Foursquare is planning to split its core app into two separate experiences, one that provides recommendations and another that acts as a “social heat map” where users check in and see nearby friends.
The new app is called Swarm, and it is not yet available, though according to Dennis Crowley, the app takes a lot of inspiration from the Instant Messenger, where you can see when your friends are online and offline. Swarm shows which friends are in the area and opens up the opportunity for a dialog, which is a story we’ve heard from multiple startups but one that hasn’t been tried out by a more mature company like Foursquare.
On the other side, Foursquare will be redesigning its core app from the ground up. The biggest surprise is the removal of the check-in altogether, as the new app will focus on discovery and exploration.
“The point of the company, this whole thing, was never to build an awesome check-in button,” said Crowley in an interview with the Verge. Yet, when Foursquare launched five years ago, they needed the check-in button to get data around where people were going, when they wanted to share it, or remember it, or rate it. Now, they have all of that data, they don’t need you to check in.
Instead, you’ll be met with a search experience not all that different from Yelp, but with very different results. Rather than offering the ten best pizza places in your general area, Foursquare will know where you’ve been, what you’ve liked before, and what your friends like, so the results will be tailored to you in an almost predictive manner.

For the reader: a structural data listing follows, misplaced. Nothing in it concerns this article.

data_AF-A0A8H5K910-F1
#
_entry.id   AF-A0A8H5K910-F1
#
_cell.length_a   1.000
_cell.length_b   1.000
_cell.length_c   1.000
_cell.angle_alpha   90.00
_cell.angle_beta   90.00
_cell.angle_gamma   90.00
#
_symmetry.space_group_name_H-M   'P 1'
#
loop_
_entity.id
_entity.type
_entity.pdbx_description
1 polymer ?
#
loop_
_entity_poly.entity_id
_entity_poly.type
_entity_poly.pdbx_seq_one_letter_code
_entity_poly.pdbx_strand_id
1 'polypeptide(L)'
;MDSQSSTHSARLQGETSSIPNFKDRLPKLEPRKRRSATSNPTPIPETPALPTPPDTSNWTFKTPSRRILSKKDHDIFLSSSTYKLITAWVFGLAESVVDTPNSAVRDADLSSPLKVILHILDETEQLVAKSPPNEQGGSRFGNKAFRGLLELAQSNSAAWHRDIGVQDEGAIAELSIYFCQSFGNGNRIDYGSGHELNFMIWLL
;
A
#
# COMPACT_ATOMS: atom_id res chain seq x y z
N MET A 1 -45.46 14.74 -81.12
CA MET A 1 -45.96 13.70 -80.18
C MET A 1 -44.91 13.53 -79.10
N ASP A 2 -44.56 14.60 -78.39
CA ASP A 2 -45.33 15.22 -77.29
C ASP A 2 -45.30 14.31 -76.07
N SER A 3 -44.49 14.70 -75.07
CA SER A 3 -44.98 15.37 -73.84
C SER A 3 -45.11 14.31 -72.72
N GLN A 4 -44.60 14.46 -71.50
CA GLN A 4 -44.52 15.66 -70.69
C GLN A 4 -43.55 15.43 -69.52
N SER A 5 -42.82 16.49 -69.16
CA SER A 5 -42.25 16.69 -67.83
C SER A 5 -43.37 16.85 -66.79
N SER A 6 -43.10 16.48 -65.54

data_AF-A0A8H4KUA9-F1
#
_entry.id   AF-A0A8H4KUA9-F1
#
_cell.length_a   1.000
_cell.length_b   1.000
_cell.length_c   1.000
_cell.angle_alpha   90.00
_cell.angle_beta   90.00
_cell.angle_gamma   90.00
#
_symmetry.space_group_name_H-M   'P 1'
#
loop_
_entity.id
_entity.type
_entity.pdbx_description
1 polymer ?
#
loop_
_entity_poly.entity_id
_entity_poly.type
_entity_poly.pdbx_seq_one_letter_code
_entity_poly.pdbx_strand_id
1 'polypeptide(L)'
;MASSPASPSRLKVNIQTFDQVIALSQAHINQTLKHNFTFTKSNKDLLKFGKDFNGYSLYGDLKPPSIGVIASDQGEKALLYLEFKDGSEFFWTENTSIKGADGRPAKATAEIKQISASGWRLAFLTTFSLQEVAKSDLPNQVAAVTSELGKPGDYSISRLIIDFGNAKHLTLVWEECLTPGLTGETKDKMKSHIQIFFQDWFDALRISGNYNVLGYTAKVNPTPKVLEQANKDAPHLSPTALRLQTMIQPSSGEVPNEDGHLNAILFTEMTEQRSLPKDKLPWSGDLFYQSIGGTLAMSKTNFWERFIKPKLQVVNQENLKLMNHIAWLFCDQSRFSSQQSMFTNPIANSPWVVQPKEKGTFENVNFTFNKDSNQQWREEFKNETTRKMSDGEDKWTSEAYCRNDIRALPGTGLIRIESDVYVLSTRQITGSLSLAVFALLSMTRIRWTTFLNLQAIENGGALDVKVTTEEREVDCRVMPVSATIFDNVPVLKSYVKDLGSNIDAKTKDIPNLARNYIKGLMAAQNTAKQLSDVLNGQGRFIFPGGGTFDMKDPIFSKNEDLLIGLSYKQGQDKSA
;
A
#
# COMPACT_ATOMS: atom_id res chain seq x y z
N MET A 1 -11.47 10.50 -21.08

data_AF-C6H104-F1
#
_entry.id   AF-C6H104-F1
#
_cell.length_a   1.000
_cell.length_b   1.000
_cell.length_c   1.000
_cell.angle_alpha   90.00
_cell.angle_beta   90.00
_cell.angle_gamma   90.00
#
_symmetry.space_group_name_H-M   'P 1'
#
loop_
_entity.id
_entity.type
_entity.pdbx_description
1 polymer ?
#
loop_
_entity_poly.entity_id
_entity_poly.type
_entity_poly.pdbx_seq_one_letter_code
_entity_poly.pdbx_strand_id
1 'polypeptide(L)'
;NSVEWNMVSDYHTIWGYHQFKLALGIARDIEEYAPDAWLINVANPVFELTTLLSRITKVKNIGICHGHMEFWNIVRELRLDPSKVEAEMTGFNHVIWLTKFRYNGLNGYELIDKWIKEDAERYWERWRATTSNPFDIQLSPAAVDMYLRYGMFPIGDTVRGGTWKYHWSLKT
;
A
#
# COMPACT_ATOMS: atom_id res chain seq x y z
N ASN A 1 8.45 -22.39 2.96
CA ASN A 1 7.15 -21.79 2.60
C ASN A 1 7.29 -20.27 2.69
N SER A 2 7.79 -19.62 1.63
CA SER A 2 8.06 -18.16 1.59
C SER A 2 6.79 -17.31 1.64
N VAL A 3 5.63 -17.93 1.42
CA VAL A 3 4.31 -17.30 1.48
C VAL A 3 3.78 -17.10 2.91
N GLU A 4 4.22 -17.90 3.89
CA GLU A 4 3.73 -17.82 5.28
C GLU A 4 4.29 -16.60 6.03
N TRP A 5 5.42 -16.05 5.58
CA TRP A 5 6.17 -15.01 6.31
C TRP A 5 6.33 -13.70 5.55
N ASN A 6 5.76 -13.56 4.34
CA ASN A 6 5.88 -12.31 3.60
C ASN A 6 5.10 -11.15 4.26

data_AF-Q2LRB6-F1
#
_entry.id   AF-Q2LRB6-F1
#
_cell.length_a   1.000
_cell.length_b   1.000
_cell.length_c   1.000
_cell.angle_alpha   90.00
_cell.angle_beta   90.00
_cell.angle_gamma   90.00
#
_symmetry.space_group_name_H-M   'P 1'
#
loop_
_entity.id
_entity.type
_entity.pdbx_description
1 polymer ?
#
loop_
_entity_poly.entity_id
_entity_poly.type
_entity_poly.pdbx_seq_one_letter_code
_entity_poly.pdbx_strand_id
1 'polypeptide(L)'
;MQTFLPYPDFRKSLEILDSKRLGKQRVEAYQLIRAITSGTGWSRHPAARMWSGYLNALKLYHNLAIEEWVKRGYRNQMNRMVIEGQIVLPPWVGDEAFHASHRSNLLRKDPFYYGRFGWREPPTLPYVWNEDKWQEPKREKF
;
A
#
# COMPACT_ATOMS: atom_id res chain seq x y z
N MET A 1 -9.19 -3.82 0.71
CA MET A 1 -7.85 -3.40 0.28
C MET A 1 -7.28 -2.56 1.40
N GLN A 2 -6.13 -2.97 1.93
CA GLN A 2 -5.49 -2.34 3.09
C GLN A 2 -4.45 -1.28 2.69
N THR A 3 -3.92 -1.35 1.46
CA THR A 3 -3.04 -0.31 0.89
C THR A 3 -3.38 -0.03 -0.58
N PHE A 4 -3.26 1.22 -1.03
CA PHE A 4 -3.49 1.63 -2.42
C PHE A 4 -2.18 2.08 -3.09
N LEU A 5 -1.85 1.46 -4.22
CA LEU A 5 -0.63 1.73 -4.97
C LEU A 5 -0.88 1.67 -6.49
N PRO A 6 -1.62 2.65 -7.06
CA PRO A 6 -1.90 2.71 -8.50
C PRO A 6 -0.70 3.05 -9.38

And since Foursquare’s technology knows exactly where you are, how long you stay, and the route you take to get from one place to the next, it no longer relies on check-ins to keep track of your taste.
So Foursquare is breaking itself in two, but early impressions are that this is more like the situation in the movie “Twins” than the awesome self-duplication powers of Marvel superhero The Multiple Man. The new Swarm app takes out Foursquare’s vaunted check-in and adds ambient location sharing, something no one has ever expressed any demonstrated interest in, not with many kicks at the can in the form of ambient geosocial apps like Highlight, Circle and many others. Even in the extensive Verge profile, Crowley seems keen on talking more about how powerful Foursquare is without the check-in, rather than how great Swarm is with that included.
Foursquare is essentially becoming a direct competitor to Yelp, which is a logical place for it to go. But this so-called “unbundling” seems less likely to generate multiple top-quality products, and more likely to give the company a way to shed some of its baggage while making a relatively harmless side-bet in case it has managed to nail a formula for ambient location networking. Facebook’s unbundling is different, I’d argue, with products like Messenger offering a real possibility at viability, and clarifying the mission of the core Facebook product; this is much more like jettisoning the cargo to try to save the ship.
Neither of the new apps are available just yet, but should be in the coming weeks.